Stress In Law Enforcement Essay

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The Stressors on Law Enforcement When Change Is Possible
So much stress and fatigue can be put on law enforcement officers in day-to-day operations. For Stacey, a typical day consists of waking up around 2:30 am to immediately brew a cup of coffee in order to wake up. In between enjoying sips of coffee, she gets dressed and mentally prepares herself for the dreadful day ahead. She heads out the door around 3:00 am and arrive at the station around 3:45 am to get her gear and conduct guard mount. After a long day of calls, cases, paperwork and patrolling she is exhausted and ready for bed. Then, she feels her stomach growling and remembers she has not eaten all day. She plans to grab dinner on the way home; instead the shift supervisor asks if
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According to the article, “The Impact of Stress and Fatigue on Law Enforcement Officers and Steps to Control It” by Mark Bond, “Studies have shown that fatigued officers have performance issues on and off duty” (Bond, 2014, para 6). Many police departments do not have the personnel to meet mission requirements that are needed to fill each shift. Police departments have a set requirement for how many personnel they can hire at one time and only have certain times where they are allowed to hire. When the hiring process is complete and officers start to quit it causes the numbers to decrease dramatically. Officers then work countless hours of overtime because the department now cannot hire again until the hiring process opens back up. With this process in place, officers start to make mistakes that not only affect them but also those around them that could potentially be life …show more content…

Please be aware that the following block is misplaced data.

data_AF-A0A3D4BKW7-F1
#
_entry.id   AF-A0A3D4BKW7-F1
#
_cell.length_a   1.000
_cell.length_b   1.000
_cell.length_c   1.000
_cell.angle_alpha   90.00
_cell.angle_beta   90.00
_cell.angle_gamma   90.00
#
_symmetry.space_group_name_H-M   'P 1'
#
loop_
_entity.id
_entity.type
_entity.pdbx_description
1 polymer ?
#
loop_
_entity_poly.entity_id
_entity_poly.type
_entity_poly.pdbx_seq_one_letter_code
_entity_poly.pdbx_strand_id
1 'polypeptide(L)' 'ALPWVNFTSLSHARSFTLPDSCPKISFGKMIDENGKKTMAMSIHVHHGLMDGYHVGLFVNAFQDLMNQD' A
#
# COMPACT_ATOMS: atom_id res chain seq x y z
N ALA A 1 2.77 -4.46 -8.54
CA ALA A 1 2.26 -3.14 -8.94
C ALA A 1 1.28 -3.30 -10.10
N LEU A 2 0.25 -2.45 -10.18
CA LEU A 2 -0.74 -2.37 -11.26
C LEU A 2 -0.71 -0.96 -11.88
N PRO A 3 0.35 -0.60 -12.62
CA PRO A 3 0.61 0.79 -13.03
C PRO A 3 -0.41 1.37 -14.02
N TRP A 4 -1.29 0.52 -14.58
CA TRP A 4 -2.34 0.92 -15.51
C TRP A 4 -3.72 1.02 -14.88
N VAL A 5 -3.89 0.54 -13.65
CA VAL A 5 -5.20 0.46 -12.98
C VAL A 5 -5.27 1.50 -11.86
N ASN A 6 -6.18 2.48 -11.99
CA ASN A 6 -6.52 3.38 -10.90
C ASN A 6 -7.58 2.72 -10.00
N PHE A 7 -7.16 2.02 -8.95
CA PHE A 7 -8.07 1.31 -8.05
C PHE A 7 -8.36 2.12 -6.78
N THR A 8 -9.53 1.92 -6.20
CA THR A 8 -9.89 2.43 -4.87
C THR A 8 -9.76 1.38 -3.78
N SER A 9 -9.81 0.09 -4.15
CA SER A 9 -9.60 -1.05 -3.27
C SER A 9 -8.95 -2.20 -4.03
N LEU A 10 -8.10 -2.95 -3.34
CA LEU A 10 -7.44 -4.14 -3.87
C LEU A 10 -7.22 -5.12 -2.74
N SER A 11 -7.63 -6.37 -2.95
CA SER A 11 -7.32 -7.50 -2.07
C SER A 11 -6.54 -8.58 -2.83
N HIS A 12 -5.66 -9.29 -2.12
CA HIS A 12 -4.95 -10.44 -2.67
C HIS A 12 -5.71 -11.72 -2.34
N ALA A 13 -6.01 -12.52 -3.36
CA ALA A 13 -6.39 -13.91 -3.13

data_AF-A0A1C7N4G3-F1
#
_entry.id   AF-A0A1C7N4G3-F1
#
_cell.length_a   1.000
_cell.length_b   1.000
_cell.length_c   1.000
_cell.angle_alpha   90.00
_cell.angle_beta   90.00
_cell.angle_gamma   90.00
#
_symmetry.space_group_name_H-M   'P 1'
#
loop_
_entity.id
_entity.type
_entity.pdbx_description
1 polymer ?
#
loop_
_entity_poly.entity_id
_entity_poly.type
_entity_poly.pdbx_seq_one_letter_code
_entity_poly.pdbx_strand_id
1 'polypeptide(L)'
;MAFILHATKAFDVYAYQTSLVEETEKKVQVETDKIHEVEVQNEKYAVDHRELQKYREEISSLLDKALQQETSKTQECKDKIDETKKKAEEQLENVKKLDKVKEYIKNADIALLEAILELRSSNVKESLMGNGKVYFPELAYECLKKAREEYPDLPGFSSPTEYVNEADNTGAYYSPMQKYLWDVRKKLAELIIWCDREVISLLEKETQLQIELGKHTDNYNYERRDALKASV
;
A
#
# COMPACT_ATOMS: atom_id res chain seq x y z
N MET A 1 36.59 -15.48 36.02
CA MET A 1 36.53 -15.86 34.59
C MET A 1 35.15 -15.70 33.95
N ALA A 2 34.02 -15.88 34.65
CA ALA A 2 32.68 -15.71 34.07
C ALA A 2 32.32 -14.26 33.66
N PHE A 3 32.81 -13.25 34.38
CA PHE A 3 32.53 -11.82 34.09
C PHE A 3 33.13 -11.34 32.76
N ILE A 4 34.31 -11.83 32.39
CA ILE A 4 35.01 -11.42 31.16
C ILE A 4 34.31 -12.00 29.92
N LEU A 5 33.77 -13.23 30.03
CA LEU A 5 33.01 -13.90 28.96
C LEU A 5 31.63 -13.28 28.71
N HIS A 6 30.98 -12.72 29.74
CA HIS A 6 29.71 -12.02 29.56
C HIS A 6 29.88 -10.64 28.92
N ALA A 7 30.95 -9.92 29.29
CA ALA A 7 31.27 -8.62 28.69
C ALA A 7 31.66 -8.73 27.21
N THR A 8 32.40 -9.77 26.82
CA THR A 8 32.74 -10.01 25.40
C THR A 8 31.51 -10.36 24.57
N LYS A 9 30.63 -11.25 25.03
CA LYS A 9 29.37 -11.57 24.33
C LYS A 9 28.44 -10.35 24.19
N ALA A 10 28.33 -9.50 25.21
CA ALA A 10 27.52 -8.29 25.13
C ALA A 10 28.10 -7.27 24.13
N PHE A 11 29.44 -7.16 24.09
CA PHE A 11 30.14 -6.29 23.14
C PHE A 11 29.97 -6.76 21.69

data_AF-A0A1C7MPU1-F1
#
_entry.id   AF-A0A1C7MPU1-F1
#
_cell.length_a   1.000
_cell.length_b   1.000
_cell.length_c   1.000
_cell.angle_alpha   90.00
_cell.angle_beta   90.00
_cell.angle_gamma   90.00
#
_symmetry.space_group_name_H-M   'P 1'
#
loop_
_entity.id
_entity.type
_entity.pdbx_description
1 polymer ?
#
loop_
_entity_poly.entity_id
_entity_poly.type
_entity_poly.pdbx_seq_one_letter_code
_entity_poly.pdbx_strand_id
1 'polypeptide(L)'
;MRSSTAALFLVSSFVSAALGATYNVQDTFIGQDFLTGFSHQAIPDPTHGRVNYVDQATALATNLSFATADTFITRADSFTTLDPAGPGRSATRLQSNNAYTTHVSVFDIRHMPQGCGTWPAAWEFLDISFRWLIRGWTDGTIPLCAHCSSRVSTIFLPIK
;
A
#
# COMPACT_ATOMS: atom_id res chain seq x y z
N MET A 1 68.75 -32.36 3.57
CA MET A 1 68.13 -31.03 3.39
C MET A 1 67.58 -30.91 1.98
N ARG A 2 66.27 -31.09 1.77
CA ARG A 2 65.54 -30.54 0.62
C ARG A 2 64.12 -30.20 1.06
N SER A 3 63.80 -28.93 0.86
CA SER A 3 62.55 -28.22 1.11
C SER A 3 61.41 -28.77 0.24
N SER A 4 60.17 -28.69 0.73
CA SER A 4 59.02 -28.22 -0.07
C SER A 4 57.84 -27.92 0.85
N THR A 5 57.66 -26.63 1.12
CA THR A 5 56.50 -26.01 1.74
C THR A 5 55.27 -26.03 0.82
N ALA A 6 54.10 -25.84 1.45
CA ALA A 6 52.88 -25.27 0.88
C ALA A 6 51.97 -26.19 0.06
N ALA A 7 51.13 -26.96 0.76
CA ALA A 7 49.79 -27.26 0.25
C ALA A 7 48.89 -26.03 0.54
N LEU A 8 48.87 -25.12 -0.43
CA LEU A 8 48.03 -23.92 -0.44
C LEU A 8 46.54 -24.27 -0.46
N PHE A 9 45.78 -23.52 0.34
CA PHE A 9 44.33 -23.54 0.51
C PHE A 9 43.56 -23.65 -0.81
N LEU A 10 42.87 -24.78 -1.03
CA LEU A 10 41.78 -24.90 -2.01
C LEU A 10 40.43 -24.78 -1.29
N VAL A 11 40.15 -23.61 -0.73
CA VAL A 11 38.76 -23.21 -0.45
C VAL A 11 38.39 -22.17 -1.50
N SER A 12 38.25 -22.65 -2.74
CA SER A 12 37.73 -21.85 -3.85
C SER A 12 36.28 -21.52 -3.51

Law enforcement officers tend to stay very busy throughout the day. Between going to calls and inputting casework, things can become very hectic. This usually means they either pick up something quick to eat, consisting of junk food such as Burger King, Taco Bell and so on, or they do not eat at all. This is extremely unhealthy for officers or anyone for that matter. According to the article, “Officer Stress Linked to CVD: What We Know,” by Vinci Jr. and James M., “Studies show that 80 to 83 percent of the law enforcement officers had a body mass index (BMI) greater than 25.0 (considered overweight or obese) (Vinci & James, 2013, para 5). Without the right amount of nutrients in your body the brain does not think properly. When the brain fails to think effectively due to unhealthy eating you begin to make poor decisions that affect others. It is very important as an officer to make on the spot decisions that will be beneficial to the mission and those around you. This is why eating healthy can assist officers in their day-to-day operations and help making decisions a little

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